Friday, June 8, 2012

Kenwood Cooking Chef: Review

I have been using my Kenwood Cooking Chef for nearly two years now, and thought I would share an overview with you.

My mixer was purchased at The Birmingham Winter Good Food Show after watching a demo.  The mixer had just been launched and it looked a very impressive piece of kitchen kit. My hubby is an engineer extraordinaire and was sold on the amazing quality of engineering. The attachments are hefty, well made pieces and he was definitely impressed.

He asked me if I would enjoy using a machine such as this - well I wasn't going to say no. Of course I didn't need a machine of this magnitude but then the same can be said for other pieces of kitchen equipment, it's simply that I really enjoy using them and they bring me a lot of pleasure.

The mixer looks fabulous, and other than one or two niggles I am really pleased with my investment. I am very fond of Kenwood, and historically I have always used a Kenwood Chef stand mixer, and have a Kenwood kMix handmixer too. I think it is only fair to say I use other brands too!

There are many attachments that come with the mixer including a K Beater, dough hook, stirring tool, flexi beater, whisk and a heat mat.  There is a steamer basket, food processor with 3 discs, and a stainless steel blender.  The Kenwood Cooking Chef is a thermostatically controlled, induction, cooking system.

If you don't already own a food mixer, food processor, blender or a steamer then you are going to get the best value from your purchase, but I am guessing most of us already have these in our possession.  That said, you can always give your old kitchen toys away to a grateful friend or family member.

A 'go large' machine which doesn't really cope well with small amounts.  I sold my Kenwood Chef to free up some space for the Cooking Chef, but for smaller quantities I use my Kmix handmixer.

The majority of my postings over the last 18 months or so have been made using my new machine.  Risotto is a dream to make, but instead of standing over a pan for 20 minutes or so stirring in the stock, the flexi beater stirs the ingredients and 20 minutes later you have a fab bowl of risotto.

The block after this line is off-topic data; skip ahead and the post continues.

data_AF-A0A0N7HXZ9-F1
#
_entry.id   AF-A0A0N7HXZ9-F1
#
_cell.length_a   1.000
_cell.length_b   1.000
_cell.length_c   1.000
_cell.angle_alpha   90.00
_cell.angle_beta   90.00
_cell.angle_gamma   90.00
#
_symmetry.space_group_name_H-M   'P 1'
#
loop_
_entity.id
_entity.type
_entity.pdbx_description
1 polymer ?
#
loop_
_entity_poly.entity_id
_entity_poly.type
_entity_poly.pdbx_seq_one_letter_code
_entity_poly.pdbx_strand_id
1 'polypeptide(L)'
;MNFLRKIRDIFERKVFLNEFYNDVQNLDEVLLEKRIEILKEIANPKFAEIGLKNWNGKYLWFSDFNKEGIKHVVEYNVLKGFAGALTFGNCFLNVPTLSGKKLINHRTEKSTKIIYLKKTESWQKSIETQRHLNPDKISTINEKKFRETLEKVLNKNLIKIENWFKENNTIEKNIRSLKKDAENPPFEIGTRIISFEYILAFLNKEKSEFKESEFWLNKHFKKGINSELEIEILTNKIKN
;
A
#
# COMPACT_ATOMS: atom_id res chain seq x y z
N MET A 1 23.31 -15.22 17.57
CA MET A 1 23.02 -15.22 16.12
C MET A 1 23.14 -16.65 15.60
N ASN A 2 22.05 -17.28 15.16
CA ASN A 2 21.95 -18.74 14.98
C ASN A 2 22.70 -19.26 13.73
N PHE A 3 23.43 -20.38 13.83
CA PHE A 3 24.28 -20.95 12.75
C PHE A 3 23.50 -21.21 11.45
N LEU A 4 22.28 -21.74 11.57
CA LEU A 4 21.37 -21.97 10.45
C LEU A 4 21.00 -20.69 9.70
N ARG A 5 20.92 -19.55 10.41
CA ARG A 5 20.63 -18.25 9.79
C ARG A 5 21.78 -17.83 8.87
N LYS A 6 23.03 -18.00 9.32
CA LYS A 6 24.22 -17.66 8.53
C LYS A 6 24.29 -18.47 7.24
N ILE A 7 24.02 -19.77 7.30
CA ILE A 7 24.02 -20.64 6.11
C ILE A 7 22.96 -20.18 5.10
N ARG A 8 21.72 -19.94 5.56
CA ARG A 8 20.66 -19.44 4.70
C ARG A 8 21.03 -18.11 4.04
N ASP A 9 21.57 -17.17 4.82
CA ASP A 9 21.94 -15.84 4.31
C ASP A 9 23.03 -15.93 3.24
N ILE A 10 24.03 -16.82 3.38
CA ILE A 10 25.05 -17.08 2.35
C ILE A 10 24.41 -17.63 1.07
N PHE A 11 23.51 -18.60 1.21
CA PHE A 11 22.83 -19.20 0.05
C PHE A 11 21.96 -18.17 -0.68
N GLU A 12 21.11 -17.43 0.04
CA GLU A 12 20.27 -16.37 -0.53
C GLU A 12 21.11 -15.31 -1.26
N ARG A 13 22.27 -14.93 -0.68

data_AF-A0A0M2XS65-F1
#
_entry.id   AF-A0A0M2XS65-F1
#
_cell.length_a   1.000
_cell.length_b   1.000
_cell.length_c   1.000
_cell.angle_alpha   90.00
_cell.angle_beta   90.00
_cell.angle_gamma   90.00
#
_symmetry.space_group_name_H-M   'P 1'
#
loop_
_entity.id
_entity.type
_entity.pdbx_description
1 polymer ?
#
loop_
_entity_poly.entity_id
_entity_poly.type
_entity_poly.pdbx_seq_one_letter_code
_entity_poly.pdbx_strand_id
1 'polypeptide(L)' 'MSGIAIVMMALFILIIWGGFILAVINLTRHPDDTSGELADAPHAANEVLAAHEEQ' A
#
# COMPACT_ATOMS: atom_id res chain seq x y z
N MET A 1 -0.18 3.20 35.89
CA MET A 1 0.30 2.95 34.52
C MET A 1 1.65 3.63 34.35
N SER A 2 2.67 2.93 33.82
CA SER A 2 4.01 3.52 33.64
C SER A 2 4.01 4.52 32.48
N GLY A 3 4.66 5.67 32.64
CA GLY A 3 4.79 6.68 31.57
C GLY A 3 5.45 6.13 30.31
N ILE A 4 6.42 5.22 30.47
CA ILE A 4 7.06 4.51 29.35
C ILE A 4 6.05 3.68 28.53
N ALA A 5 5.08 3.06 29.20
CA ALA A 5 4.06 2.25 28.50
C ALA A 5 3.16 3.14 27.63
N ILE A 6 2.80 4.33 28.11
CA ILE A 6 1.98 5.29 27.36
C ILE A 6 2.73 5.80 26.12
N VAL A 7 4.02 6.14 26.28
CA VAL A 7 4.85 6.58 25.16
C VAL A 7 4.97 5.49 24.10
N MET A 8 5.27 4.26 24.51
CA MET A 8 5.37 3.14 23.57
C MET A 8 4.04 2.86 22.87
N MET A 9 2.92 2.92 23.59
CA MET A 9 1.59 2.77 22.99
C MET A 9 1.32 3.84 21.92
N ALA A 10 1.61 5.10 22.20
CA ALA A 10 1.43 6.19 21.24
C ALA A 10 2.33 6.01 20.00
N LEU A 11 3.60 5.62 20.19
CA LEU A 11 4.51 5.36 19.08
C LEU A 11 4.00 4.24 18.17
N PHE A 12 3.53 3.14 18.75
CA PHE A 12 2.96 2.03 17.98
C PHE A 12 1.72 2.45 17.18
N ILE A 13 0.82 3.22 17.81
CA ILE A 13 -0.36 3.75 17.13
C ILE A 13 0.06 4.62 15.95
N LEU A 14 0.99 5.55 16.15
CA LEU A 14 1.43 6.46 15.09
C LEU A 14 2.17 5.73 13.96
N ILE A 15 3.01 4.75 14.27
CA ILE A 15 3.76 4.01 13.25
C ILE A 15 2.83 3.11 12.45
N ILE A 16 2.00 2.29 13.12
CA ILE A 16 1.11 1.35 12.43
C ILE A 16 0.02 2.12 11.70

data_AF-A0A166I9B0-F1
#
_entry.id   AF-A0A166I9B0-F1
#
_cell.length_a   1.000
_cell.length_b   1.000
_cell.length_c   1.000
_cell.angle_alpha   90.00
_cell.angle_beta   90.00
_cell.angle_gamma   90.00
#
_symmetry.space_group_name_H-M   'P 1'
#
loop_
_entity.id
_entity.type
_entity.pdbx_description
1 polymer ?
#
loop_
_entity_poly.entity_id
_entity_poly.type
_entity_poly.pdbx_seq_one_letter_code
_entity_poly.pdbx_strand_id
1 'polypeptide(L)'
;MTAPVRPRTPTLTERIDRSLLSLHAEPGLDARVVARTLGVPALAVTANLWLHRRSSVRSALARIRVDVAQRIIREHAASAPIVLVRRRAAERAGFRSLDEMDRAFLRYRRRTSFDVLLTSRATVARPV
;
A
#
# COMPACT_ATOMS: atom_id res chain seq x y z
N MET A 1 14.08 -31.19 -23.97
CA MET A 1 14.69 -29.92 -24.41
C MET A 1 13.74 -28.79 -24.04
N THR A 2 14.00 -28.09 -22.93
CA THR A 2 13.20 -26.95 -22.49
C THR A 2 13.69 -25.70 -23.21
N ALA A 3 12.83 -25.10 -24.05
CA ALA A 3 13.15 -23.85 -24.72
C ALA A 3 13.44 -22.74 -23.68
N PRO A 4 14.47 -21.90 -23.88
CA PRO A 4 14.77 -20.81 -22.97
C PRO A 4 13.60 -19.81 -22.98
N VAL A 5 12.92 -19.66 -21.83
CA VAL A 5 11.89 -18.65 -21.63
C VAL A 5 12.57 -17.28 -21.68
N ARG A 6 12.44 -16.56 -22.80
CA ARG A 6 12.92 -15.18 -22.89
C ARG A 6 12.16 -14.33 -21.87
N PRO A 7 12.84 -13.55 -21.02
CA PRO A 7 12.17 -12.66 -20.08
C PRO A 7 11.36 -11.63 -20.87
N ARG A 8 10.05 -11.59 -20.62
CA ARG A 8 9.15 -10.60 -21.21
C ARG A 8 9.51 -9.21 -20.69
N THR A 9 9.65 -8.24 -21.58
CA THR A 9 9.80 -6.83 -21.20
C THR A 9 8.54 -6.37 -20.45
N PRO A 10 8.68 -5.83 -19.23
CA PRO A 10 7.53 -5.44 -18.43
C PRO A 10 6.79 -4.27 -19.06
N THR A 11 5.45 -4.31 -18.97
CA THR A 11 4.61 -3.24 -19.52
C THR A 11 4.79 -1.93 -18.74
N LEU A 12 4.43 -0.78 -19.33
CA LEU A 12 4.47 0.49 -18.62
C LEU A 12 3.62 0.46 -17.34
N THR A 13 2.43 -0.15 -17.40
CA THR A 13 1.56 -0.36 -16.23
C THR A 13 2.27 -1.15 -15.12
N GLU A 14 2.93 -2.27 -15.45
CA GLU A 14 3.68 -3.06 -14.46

It is easy to make jam, fudge and in fact anything that requires a thermometer.

The K-beater is for making pastry and cakes, the stirrer is used for casseroles, the flexi beater can be used to make risottos.

The whisk is huge, and unfortunately the majority of the beaten egg whites stay in the whisk which is frustrating, and the finished mixture isn't easily removed from the whisk.  It's never a good idea to  whack the whisk on the side of the stainless steel mixing bowl to remove the egg white mixture, even though it is tempting, because this will ruin both the whisk and the bowl.  If the whisk prongs were spaced out more not so much mixture would stay in the whisk.

The dough hook can only be described as impressive and the mixer doesn't bounce about when you are mixing dough.  The first rise of dough can even be started by using the thermostat.

A blender made from stainless steel is never a good idea, and a poor idea if the blender has to sit on top of a food mixer.  I can't see through stainless steel and I definitely can't see into the blender without removing it from the top of the mixer.  It is a very efficient blender though and works effortlessly.

The K-beater makes the most fabulous, tender pastry and I wouldn't use a food processor for this now.

The food processor is a wonderful attachment, it comes with a variety of discs which slice and grate effortlessly and efficiently.

A steaming basket comes with it too and if you need to steam vegetables or puddings this is ideal.

The Kenwood Cooking Chef is a very versatile machine, a real workhorse, it looks fabulous in my kitchen and I wouldn't be without it.  A great machine for cooks of every ability.
You can purchase many extra attachments including a pasta maker and ice cream maker.

The image of the the Kenwood Cooking Chef was supplied by Kenwood.  All words and thoughts are my own.  The Kenwood Cooking Chef was a private purchase.

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